Updated: Aug 12, 2020
In one of Matthew McConaughey’s latest movies “The Englishmen,” the movie opens to a scene where he is sitting comfortably at a table in his pub. As the leader and kingpin of his organization, he feels extremely safe in his establishment. Then, in the background we see a silent assassin pull out a gun with a silencer, point it at McConaughey’s character Michael Pearson, a shot rings out, and the scene fades out (Richie, 2019). Unresolved conflict is a silent killer of leadership and team cohesion. If left unchecked, unresolved conflict can wound the decision-making process and kill unity in organizational leadership during a crisis.
Conflict and controversy are in themselves neither good nor bad. It’s how they are handled that determines outcomes. Controversy is the conflict that arises when two people want to agree, however, one person’s ideas, information, conclusions, theories, or opinions may not be compatible with the others. In Michael Pearson’s world, controversy arises due to disagreements among junior leaders. All the senior leaders, except for Pearson, failed to recognize the danger they were in and didn’t take action to resolve the issues. As the movie plays out the storyline is expanded, and the first scene is revisited. In this second take, we see Pearson’s right-hand man enter the front door, and the shot that was heard earlier is shown to be his right-hand man taking down the assassin, saving Pearson just in the nick of time. Take a moment and think of your ability as a leader to resolve conflict. Think of conflict resolution as if it were your right-hand man because it is! Conflict resolution skills can save you from disastrous decisions, unite your organization, and defend it from outside pressures.
When dealing with unresolved conflict lookout for the following types of behaviors that can become silent assassins:
Cheetah – This is the person who has unresolved conflict toward you or your team and lurks in the grass, and when you least expect it, it jumps out and puts the squeeze on a decision or action you want to make.
Lion – They are more interested in winning than coming to an agreement that is most beneficial to all involved.
Sloth – The passive-aggressive type that will simply slow everything down to a crawl.
Golden Retriever – Will agree with anything even though they don’t think it’s a promising idea. They may even have information that would change your mind but won’t share it leaving you at the mercy of making decisions without enough information.
Ostrich – Scared to speak up, scared of confrontation, scared to give an opinion for fear of rejection.
Weasel – This is the saboteur.The one who says they agree but are secretly telling others about the solution they think is best.
The good news is that your right-hand man (your conflict resolution skills) can be sharpened to mitigate, negate, and avoid these behaviors. The first step in the process is to understand group dynamics and decision making. There are five stages in a group’s lifecycle; (a) Forming, (b) Storming, (c) Norming, (d) Performing, and (e) Adjourning (Johnson & Johnson, 2013). When a strike force, a new committee, or decision-making body (team) is formed, the leader should expect controversy and conflict to arise in the storming stage and prepare to handle it. Some might think that the higher one goes in leadership that the Storming stage would lessen in intensity. The opposite is quite true. Normally high-performing teams are made up of strong leaders. Strong leaders can clash with far more impact than that of junior leaders or first level teams. Make sure to have a conflict resolution process in place. It should be spelled out in your team’s charter.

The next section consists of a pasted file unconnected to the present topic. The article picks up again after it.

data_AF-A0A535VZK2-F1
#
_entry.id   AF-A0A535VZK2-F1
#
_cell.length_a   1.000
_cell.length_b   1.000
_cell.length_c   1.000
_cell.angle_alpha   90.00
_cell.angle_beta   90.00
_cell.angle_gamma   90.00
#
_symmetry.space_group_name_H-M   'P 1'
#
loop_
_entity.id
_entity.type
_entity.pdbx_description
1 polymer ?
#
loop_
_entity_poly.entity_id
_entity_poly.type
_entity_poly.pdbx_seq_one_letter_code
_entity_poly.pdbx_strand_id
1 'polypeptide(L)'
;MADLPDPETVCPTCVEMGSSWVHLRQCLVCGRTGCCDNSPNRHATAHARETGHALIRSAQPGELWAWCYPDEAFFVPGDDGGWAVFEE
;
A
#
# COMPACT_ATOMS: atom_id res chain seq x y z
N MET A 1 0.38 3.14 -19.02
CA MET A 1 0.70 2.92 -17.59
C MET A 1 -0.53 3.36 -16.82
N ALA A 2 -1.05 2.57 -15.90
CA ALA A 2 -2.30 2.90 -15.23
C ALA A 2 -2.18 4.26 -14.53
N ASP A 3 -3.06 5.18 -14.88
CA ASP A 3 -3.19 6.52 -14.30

The second step and an important factor to note is that consensus is the most reliable way to make important decisions, however, it is also the most time consuming, (Johnson & Johnson, 2013). Consensus means that each team member truly backs the decision, even if there are parts of it they don’t like. Everyone must be committed to the decision or consensus has not been reached. During the consensus process, group discussions provide leaders the opportunity to identify negative behaviors and dissenting attitudes. As the leader you will be able to engage the person(s), coach them through the situation, and make them feel appreciated as part of the decision making process. By using the following process, each of the silent assassin types listed above can be identified and mitigated. As you identify those who may be dissenting, be proactive, engage them in conversion, and make sure that they have a chance to present their ideas and why they believe them.
Prioritize the importance of the decision or issue to make sure coming to a consensus is the right course of action.If it is a significant issue, be positive, and treat it with the respect and importance it commands.